Most of the isotopes used in PET scanning have a half-life of only 2 to 10 minutes. Therefore, they must be produced by an on-site cyclotron and attached chemically to the tracer and used within minutes. Because of the expense of the scanner and cyclotron, PET is used only in research centers. However, PET is important because it provides information that cannot be obtained by other means. By labeling the blood with 11C-carbon monoxide, which binds to hemoglobin, images can be obtained showing the regional perfusion of an organ in multiple planes. By using labeled metabolites, images can be obtained showing metabolic activity of an organ. 15O-oxygen and 11C-glucose have been used for brain imaging and 11C-palmitate for heart imaging. 81Rb, which is distributed like potassium, is also used for heart imaging. By using labeled neurotransmitters, hormones, and drugs the distribution of receptors for these substances in the brain and other organs can be mapped.
single-photon emission computed tomography (SPECT) a type of tomography in which gamma photon–emitting radionuclides are administered to patients and then detected by one or more gamma cameras rotated around the patient. From the series of two-dimensional images produced, a three-dimensional image can be created by computer reconstruction. The technique improves resolution of, and decreases interference by, overlapping organs. It is used particularly for assessment of cardiac disease, stroke, and liver disease; for staging of cancer; and to diagnose physical abnormalities through evaluation of function.
ultrasonic tomography the ultrasonographic visualization of a cross-section of a predetermined plane of the body; see B-mode ultrasonography.

single-photon emission computed tomography (SPECT)

a variation of computed tomography in which the ray sum is defined by the collimator holes on the gamma-ray detector rotating around the patient. SPECT units usually consist of large crystal gamma cameras mounted on a gantry that permits rotation of the camera around the patient. Multiple detectors are used to reduce the imaging time.

single-photon emission computed tomography

; SPECT computed tomography scanning modality that detects energy emitted from injected technetium (99Tc), producing an anatomic image/scintogram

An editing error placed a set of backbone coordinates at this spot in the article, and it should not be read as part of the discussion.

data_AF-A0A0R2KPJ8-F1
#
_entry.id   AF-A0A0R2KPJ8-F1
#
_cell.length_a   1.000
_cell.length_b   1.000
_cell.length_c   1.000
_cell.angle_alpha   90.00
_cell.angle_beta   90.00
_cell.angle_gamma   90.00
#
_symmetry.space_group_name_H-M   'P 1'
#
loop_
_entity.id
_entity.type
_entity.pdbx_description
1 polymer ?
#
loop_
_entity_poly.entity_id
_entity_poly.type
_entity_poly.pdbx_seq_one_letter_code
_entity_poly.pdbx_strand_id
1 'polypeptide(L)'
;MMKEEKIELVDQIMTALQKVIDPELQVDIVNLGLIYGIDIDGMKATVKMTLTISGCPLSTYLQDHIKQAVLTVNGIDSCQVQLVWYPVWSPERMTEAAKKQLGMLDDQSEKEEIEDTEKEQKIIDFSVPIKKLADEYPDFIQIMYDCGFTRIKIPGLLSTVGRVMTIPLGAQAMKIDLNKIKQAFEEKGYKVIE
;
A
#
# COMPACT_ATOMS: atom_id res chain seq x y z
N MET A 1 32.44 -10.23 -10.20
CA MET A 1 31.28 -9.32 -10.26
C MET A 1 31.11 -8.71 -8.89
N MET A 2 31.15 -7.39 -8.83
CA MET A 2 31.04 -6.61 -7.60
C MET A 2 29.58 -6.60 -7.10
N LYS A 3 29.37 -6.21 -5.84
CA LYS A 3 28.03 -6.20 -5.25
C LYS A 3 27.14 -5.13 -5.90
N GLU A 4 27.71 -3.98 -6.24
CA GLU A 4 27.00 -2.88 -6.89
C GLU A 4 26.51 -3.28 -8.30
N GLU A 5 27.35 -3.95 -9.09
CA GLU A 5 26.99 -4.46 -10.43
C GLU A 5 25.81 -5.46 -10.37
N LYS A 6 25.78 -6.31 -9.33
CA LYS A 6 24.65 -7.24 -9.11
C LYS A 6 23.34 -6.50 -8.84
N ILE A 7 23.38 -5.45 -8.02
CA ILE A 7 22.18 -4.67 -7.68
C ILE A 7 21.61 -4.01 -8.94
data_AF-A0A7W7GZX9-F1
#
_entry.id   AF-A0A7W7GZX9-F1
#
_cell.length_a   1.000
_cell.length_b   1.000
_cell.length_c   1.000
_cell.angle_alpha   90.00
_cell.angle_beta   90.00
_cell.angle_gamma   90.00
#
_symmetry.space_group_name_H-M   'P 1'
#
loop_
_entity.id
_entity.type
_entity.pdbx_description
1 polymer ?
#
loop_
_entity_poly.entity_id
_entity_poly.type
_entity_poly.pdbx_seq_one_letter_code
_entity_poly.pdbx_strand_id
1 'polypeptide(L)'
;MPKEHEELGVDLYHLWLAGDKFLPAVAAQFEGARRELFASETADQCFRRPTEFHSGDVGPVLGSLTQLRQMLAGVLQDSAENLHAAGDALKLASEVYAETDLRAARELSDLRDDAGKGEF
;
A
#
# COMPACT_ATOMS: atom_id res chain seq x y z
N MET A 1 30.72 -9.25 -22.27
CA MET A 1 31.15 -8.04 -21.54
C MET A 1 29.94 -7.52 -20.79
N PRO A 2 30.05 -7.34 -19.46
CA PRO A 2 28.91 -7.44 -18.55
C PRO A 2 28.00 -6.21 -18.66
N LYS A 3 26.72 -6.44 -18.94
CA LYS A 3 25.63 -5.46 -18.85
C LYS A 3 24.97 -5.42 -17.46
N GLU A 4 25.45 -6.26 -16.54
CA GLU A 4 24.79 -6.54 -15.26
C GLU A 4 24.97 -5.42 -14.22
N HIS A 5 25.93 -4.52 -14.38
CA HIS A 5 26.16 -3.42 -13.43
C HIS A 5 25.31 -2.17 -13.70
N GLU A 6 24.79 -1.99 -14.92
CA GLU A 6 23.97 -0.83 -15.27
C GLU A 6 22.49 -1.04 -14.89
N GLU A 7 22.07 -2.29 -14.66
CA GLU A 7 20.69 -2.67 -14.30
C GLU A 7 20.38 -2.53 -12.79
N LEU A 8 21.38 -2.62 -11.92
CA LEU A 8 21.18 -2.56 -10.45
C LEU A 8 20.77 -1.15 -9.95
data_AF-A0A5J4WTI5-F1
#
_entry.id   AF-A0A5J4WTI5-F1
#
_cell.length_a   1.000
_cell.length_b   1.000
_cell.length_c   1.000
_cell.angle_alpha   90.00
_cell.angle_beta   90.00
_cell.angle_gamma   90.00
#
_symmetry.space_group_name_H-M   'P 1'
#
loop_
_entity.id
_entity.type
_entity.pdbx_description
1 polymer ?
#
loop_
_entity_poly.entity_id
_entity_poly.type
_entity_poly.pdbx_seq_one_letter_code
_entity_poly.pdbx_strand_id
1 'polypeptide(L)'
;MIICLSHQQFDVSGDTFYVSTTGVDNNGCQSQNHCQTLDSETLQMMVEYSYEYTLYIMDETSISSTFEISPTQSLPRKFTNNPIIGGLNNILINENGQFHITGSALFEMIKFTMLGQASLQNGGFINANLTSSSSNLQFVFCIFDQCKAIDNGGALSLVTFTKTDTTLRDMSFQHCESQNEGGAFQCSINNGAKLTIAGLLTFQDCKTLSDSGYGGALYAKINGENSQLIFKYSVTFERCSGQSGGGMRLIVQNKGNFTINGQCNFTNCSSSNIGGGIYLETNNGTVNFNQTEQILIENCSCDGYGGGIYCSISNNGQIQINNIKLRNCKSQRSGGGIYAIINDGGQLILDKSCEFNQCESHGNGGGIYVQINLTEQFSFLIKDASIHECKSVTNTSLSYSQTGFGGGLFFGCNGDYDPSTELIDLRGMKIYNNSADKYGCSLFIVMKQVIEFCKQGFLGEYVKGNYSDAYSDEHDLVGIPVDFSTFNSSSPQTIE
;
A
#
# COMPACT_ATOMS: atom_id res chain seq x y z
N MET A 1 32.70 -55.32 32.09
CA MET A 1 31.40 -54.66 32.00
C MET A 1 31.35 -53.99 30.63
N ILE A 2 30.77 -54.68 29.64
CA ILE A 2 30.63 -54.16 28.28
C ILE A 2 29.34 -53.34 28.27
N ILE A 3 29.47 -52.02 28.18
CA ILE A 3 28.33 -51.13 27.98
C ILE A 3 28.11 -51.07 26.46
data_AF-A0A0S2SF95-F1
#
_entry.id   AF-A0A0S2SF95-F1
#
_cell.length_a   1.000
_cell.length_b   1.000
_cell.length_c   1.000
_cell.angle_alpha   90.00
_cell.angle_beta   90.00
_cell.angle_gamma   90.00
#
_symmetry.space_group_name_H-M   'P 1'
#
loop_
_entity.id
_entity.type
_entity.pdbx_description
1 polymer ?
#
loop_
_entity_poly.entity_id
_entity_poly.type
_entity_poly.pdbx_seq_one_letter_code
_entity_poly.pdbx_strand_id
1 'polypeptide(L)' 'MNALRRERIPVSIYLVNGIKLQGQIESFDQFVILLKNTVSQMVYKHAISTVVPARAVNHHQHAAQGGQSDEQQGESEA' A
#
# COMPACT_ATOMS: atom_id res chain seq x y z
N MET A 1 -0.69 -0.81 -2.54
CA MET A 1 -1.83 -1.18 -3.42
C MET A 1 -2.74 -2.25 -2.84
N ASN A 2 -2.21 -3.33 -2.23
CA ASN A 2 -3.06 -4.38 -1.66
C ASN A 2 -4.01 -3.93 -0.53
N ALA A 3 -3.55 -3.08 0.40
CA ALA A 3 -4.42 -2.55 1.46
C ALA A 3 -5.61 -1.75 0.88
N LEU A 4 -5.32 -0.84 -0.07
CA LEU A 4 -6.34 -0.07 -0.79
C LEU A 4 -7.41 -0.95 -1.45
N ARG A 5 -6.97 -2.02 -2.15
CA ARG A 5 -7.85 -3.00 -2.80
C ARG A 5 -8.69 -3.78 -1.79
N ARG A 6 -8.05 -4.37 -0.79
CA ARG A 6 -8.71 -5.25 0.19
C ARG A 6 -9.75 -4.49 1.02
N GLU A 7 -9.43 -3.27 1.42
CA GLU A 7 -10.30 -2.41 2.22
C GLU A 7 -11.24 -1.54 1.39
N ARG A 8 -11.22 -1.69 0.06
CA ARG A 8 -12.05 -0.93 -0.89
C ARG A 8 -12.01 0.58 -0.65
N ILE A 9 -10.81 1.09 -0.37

References in periodicals archive ?
Prognostic value of brain perfusion single-photon emission computed tomography (SPECT) for language recovery in patients with aphasia.
Imaging, Positron emission tomography (PET), Single-photon emission computed tomography (SPECT), Magnetic resonance imaging (MRI), Computed tomography (CT), Diagnostic imaging, Picture archiving and communication systems (PACS), Software development, Contrast agent, Imaging agent, eFilm, Computer-aided detection/diagnosis (CAD), Colonography, Clinical trials, Oncoimaging
Results of the Magnetic Resonance Imaging for Myocardial Perfusion Assessment in Coronary Artery Disease Trial (MR-IMPACT) prompted speculation that single-photon emission computed tomography (SPECT) will gradually fade from the cardiac diagnostic imaging scene.
The perfusion images produced by this system are superior to what's available using single-photon emission computed tomography (SPECT), and the ECG gating that's possible with PET is also superior to SPECT, Dr.
PROSTASCINT fusion imaging combines anatomical images from computed tomography (CT) or magnetic resonance imaging (MRI) with functional images from single-photon emission computed tomography (SPECT) using PROSTASCINT.
CHICAGO -- Single-photon emission computed tomography may be considered useful in evaluating suspected sequelae from minor traumatic brain injury, but numerous issues must be considered before ordering a SPECT scan in the forensic setting, Dr.
PHILADELPHIA -- Single-photon emission computed tomography may provide clues that help predict which patients with mild cognitive impairment will go on to develop Alzheimer's disease and which patients will remain relatively stable, according to data presented at the annual meeting of the Society of Nuclear Medicine.
PROSTASCINT fusion imaging combines anatomical images from computed tomography (CT) or magnetic resonance (MR) imaging with functional images from single-photon emission computed tomography (SPECT) using molecular imaging agents, such as PROSTASCINT.
The tests included quantitative EEG (qEEG) and single-photon emission computed tomography (SPECT) to assess brain activity.
But exercise ECG testing should be combined with gated myocardial perfusion single-photon emission computed tomography (SPECT) imaging for some women-those who have an intermediate to high risk of coronary artery disease or who have difficulty reaching the maximal exercise capacity, diabetes, or an abnormal baseline EGG, according to the consensus statement.
Marek reported on an 82-patient subset of CALM-PD participants who underwent four single-photon emission computed tomography studies during 4 years of follow-up.